Depository Institutions and Mutual Funds Article Review

Excerpt from Article Review :

Depository Institutions & Mutual Funds WSJ Article Review

In a recent article entitled Advisers Face Barrage of Mutual-Fund Pitchmen, which was published by The Wall Street Journal on March 5th, 2013, financial reporter Corrie Driebusch describes the growing diversity in mutual fund varietals being offered by wealth management firms, as well as the deluge of telephone calls being used by mutual fund wholesalers to court potential brokers. The purpose of the article is to inform readers about this increasingly prevalent distraction faced by wealth managers and financial advisers, who are now forced to deal with dozens, if not hundreds, of solicitations on a daily basis from mutual fund wholesalers hoping to peddle the potential of a profitable fund investment. According to Driebusch, "as the largest wealth-management firms have embraced the widening range of mutual-fund offerings, from products by the traditional heavyweight fund families to newer niche strategies, brokers have more choices for their clients & #8230; but with more choice comes more salespeople knocking on doors and calling brokerage offices, shilling their newest offerings" (2013). This alarming trend is the result of a diversification of the mutual fund market as a whole, with new ratings systems allowing wholesalers to customize fund offerings to the needs of individual clients. Driebusch also quotes Evan Whittle, who works as a branch manager for Raymond James & Associates in St. Petersburg, Florida, to support her overall assertion that the ability of financial advisers to conduct their work is being compromised by the intrusive practices of mutual fund wholesalers. As Whittle describes the situation in his interview with Driebusch, "ten years ago we didn't have ratings on nonrestricted international bond funds because they didn't exist in that name or they were not a recognized investment strategy" (2013), and because of the abundance of new mutual fund ratings and classifications, wholesalers are working proactively to secure their share of this lucrative market.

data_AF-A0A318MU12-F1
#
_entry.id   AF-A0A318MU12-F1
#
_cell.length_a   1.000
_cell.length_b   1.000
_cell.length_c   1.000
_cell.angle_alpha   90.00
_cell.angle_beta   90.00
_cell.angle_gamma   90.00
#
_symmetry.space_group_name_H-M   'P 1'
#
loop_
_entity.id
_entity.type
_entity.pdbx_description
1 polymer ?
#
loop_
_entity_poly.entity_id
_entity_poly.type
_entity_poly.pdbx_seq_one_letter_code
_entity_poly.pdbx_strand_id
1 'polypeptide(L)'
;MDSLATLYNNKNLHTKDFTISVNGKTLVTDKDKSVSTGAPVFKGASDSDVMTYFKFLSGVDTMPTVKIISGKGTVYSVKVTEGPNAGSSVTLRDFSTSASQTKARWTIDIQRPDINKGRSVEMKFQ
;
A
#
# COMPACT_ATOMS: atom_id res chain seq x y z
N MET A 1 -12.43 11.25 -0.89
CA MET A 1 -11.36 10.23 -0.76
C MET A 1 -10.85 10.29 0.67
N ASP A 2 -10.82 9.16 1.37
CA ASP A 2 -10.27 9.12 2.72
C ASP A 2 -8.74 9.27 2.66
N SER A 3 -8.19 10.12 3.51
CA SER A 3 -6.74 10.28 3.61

Upon concluding a close reading of this article to examine its rhetorical efficacy, an informed reader is forced to consider several crucial questions: If financial advisers are so troubled by the so-called barrage of solicitation from mutual fund wholesalers, why do managers and executives at these firms allow employees to take the disruptive calls in the first place? Despite their aggressive marketing practices, do mutual fund wholesalers play a functional role in the realm of high finance, and if so, are these phone and in-person solicitations justified as a legitimate industry technique. The first question is important enough that Driebusch mentions the role of "gatekeepers" multiple times throughout the article, observing that "typically managers such as Mr. Whittle are the gatekeepers at their brokerage branches, deciding how many wholesalers can visit and when" (2013). Her reporting suggests that each brokerage firm applies different methodologies to cope with the onslaught of solicitation calls from mutual fund wholesalers, with some managers stonewalling all attempts to distract brokers, and others allowing a select few brokers to make contact only with certain preferred wholesalers. The second question has implication for the article's overall sense of relevancy, as Driebusch has premised her reporting on the concept that mutual fund wholesalers are disrupting finan cial advisers with unwanted phone calls. If brokerage firms actually desire this exchange of information with the wholesalers holding access to the most advanced mutual funds on the market, however, one wonders what Driebusch's motivations were for writing this story from the particular "anti-wholesaler" perspective she employed.

In a recent article entitled Credit Unions: A Better Bet Than Banks?, which was published by The Wall Street Journal on June 5th, 2010, financial reporter Jane J. Kim reveals a growing divide in the arena of American depository institutions, as many struggling families shift their dwindling savings from traditional banks to credit…

Sources Used in Document:


Driebusch, C. (2013, March 5). Advisers face barrage of mutual-fund pitchmen. The Wall Street Journal. Retrieved from

Kim, J.J. (2010, June 5). Credit unions: A better bet than banks?. The Wall Street Journal. Retrieved from

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